with lower risk of high BP. Given the observed direct link
between the CYP1A2 enzyme and BP, factors that modify
CYP1A2 activity should be considered in the management
of hypertension. These include drugs (e.g. omeprazole, cloza-
pine), habits (smoking, caffeine) and dietary factors (crucifer-
ous vegetables, charcoal-broiled meat) (3).
Considering the widespread use of caffeine and the high
prevalence of hypertension, our results may also have large
public health implications. There is currently no specific rec-
ommendation regarding caffeine intake in hypertension guide-
lines (44,45). Our analyses suggest that the reported protective
effect of caffeine intake on stroke could be mediated via the
inverse association between caffeine intake and hypertension—
the major modifiable risk factor for stroke. This could guide
recommendation on the appropriateness of caffeinated bever-
age consumption in the context of stroke prevention, which
does not currently mention caffeine intake (46).
Limitations and strengths
We did not measure serum caffeine levels, but used reported
caffeine intake. Although .70% of caffeine is provided by
coffee consumption, our results are not generalizable to
coffee consumption. Yet, results were similar in two independ-
ent population-based studies with different questionnaire data.
Although the cross-sectional nature of our study limits causal
inference for non-genetic associations, genetic associations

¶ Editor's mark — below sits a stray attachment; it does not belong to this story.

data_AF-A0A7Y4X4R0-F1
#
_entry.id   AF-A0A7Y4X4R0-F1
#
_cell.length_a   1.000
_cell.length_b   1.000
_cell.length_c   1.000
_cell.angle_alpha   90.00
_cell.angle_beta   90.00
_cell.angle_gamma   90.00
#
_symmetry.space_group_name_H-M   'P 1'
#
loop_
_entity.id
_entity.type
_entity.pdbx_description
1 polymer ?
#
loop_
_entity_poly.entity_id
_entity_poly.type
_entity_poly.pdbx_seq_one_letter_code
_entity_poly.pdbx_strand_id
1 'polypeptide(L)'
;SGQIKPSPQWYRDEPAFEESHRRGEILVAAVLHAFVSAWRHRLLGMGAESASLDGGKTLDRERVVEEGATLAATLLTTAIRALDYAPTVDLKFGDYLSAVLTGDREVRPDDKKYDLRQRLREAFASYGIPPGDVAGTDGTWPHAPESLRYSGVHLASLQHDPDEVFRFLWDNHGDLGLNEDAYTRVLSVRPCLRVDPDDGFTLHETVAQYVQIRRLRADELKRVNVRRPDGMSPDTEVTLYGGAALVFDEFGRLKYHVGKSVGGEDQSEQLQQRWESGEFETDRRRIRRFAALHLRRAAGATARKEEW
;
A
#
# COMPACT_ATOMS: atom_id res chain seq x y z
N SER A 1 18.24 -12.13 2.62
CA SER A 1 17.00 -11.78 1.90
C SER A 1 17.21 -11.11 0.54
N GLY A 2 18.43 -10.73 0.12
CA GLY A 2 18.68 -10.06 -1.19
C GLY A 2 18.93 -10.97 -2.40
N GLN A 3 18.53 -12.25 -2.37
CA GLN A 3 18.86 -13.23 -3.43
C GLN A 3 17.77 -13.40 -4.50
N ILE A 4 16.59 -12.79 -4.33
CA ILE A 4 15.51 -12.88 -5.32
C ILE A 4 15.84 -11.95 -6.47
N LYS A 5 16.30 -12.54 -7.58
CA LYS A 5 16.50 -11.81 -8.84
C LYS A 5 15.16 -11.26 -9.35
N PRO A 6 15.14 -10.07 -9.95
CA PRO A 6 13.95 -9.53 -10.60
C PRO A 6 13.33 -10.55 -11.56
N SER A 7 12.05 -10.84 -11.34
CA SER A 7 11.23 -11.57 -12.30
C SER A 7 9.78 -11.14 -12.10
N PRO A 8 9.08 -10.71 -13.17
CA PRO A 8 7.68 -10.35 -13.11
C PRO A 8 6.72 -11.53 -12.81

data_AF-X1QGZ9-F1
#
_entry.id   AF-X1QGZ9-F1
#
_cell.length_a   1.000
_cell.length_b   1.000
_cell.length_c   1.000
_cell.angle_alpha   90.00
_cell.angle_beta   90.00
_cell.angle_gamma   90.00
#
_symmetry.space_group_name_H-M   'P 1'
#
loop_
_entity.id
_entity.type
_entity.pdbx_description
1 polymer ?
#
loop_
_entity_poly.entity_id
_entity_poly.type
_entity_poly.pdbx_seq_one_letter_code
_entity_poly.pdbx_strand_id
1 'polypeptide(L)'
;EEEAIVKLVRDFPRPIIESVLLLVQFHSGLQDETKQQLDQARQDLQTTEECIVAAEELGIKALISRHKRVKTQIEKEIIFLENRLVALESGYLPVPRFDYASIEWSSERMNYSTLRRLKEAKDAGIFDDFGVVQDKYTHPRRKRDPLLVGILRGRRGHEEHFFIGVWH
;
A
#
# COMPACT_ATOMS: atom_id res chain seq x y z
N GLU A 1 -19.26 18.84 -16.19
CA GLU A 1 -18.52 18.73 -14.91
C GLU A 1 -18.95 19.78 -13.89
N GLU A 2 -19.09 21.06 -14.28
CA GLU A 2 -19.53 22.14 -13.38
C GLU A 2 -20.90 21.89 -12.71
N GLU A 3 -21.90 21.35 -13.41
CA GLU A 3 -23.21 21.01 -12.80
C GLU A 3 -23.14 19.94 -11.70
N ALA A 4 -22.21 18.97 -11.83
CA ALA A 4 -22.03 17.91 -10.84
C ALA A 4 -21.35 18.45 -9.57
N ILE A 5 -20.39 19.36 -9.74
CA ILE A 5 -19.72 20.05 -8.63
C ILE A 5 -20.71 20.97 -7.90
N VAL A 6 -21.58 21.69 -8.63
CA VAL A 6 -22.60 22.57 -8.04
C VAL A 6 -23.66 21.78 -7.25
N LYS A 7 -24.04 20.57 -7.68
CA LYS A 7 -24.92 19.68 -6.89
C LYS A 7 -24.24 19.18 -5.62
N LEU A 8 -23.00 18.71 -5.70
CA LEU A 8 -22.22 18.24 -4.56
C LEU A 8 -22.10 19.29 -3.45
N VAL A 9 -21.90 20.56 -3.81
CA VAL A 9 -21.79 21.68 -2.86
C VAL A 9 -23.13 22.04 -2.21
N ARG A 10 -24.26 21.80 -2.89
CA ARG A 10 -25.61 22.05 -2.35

provide information on cumulative risk even in cross-sectional
designs. Oral contraceptive and cigarette smoking have been
reported to, respectively, inhibit and increase CYP1A2 activity
(47), and we account for that by adjusting and stratifying our
analyses accordingly. Given that heavy coffee consumption
can also increase CYP1A2 activity (48), we adjusted for
reported caffeine intake when appropriate. There are,
however, numerous other drugs that are metabolized by
CYP1A2 to an extent suggesting clinical relevance (49). To
3288 Human Molecular Genetics, 2012, Vol. 21, No. 14
at University of Warwick on August 27, 2012http://hmg.oxfordjournals.org/Downloaded from
account for this, we also restricted our analyses to CoLaus
individuals who were not taking any drugs (n¼2539, 41%).
This did not alter the results materially (data not shown).
Finally, the effect of coffee compounds other than caffeine
on CYP1A2 is unlikely given that caffeine is the only
known coffee compound to be detoxified by CYP1A2 (50).
As few SNPs are associated with altered CYP1A2 activity
(7), we also measured the CYP1A2 activity, using a gold
standard method.
There are commonly acknowledged necessary conditions
for Mendelian randomization to provide causal inference in
observational epidemiology (51). Results for the Mendelian
randomization approach should therefore be interpreted cau-